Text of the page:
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Dining Review: Cozy food at Kozy Korner

Kozy Korner’s Pad Thai with shrimp
Kozy Korner’s Pad Thai with shrimp, at the Glendale restaurant on Thursday, Oct. 31, 2013. The Pad Thai includes shrimp, fried rice noodles with egg, bean sprouts, green onions and crushed peanuts.
(Raul Roa / Staff Photographer)

Everyone has their favorite Thai takeout place. Where I live, I typically do Min’s Kitchen or Woodlands Cafe. But if I lived near Kozy Korner, I’d be going there regularly.

It’s for people who, like me, enjoy strong Thai flavors — lemon grass, lime, chili peppers, basil, galanga, fish sauce. I’m getting hungry just thinking about it.

Kozy Korner is as tiny as it sounds. However, once you’re seated at one of the 10 or so tables it’s not an issue.

A group of Thai women keep the restaurant humming, boxing up to-go orders, delivering steaming plates with lightning speed and all while avoiding collisions with an impressive sixth sense. There’s a comfortable, homey feel to the place made even more so by the bulletin boards filled with torn photos of satisfied clientele, “the Kozy Korner Family.”


My friend and I came for the bargain lunch special ($6.95 for one of 16 options with rice and fried wontons) but couldn’t resist getting much more. The lunch special green curry was wildly aromatic from kaffir leaves and satisfyingly creamy from coconut milk. Full of bamboo shoots and red pepper slices, it’s the kind of thing you crave when you’ve been jilted or when it’s raining outside.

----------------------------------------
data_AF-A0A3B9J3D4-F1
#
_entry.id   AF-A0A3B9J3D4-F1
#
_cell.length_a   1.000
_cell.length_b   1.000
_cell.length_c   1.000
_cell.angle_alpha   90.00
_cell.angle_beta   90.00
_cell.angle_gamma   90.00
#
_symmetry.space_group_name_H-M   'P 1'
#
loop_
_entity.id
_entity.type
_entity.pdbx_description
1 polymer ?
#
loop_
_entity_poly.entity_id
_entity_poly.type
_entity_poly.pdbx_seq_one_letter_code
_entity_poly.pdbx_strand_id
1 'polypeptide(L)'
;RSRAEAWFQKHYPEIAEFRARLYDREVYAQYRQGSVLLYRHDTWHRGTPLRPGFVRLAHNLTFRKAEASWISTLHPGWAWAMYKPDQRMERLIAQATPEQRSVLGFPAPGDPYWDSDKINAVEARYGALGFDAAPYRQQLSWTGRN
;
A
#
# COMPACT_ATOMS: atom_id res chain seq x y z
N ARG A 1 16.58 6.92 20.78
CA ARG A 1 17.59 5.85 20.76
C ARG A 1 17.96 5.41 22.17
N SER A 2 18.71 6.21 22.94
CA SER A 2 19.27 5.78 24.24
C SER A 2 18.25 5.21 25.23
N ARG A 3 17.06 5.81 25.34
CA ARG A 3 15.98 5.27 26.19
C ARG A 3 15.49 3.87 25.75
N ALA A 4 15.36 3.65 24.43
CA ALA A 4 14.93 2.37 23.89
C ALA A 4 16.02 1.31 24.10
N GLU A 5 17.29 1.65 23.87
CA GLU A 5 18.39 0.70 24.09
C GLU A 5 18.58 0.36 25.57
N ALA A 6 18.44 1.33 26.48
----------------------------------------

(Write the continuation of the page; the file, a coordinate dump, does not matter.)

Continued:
The same could be said of the thom kha kai soup. Fragrant with galanga (in the ginger family), tangy with lime juice, and full of tomato quarters and plump straw mushrooms, it totally delivers. There’s some chicken in there, but not a ton. They put their money in the broths and sauces.

We ordered the green papaya salad because it’s not on every menu and because my friend’s friend said it’s the thing he misses most from his Thai homeland. This dish is not for everyone. The under-ripe papaya is slivered, mixed with bean sprouts and drenched in a salty dressing heavy in fish sauce and dried shrimp. I enjoyed quite a few forkfuls but couldn’t finish it.

The glass noodle salad is wonderful, a sprightly mix of noodles, carrots, cabbage, ground chicken and shrimp with a strong citrus flavor, a chili flicker, and a cilantro-red onion kick. I love when everything is cut to equal size in a salad. Each bite sparkles with flavor.


Remember as a kid having to pull unwanted things out of your meal? Fish bones or bay leaves or chicken gizzards? I do, and it’s a fond memory.

The authentic chefs at Kozy Korner deliver bowlfuls that you have to pull things out of — kaffir lime leaves, lemon grass shoots, chunks of galanga. There are some wonderful things to add, as well. A quartet of chili-based condiments can be brought to the table for the fiery at heart.

Though there was a crowd waiting outside, we never felt pressured to leave. Just know if you’re not there by noon for lunch you’ll probably have to wait for a table.

If you’re looking for a more elegant Thai meal, you might go to the lovely Tep Thai next door or the stylish Sedthee around the corner on Brand Boulevard. But I like the Bangkok street-feel of Kozy Korner: cozy, comforting and yes, a little bit cramped.
 What: Kozy Korner Thai Cuisine

Where: 213 W. Wilson Ave., Glendale

When: Monday to Saturday, 11 a.m. to 9 p.m.

Price: Soups, salads, noodles, curries, seafood, entrees, appetizers $4.95 to $12.95.

More info: (818) 242-6608



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